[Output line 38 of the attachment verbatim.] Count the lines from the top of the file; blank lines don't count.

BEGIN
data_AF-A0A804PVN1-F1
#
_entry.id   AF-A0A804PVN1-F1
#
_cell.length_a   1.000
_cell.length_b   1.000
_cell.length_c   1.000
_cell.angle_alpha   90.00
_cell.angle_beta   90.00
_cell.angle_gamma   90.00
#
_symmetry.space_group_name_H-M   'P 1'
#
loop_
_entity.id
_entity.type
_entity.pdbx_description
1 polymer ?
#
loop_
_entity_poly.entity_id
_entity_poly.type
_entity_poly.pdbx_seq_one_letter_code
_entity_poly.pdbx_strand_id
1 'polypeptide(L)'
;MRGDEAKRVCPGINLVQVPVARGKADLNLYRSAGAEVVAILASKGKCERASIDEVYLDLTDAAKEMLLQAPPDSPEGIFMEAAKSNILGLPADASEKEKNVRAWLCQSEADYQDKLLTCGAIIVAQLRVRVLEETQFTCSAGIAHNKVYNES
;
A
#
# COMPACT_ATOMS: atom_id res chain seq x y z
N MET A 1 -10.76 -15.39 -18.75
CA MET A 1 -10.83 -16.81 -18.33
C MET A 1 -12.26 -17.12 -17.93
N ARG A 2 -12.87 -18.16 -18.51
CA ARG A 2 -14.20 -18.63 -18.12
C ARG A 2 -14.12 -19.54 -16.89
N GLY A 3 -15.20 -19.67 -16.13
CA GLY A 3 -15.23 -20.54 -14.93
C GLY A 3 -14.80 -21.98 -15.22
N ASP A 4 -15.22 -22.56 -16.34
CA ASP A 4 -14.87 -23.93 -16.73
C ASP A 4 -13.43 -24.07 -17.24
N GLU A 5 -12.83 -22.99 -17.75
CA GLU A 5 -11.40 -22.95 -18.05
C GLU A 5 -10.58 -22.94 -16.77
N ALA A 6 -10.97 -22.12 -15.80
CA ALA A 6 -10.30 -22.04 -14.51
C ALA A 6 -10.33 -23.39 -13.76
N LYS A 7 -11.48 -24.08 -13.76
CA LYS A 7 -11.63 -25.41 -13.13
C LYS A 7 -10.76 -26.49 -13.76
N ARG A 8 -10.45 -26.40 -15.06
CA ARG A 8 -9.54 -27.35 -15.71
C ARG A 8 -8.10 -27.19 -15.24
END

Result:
CA GLY A 3 -15.23 -20.54 -14.93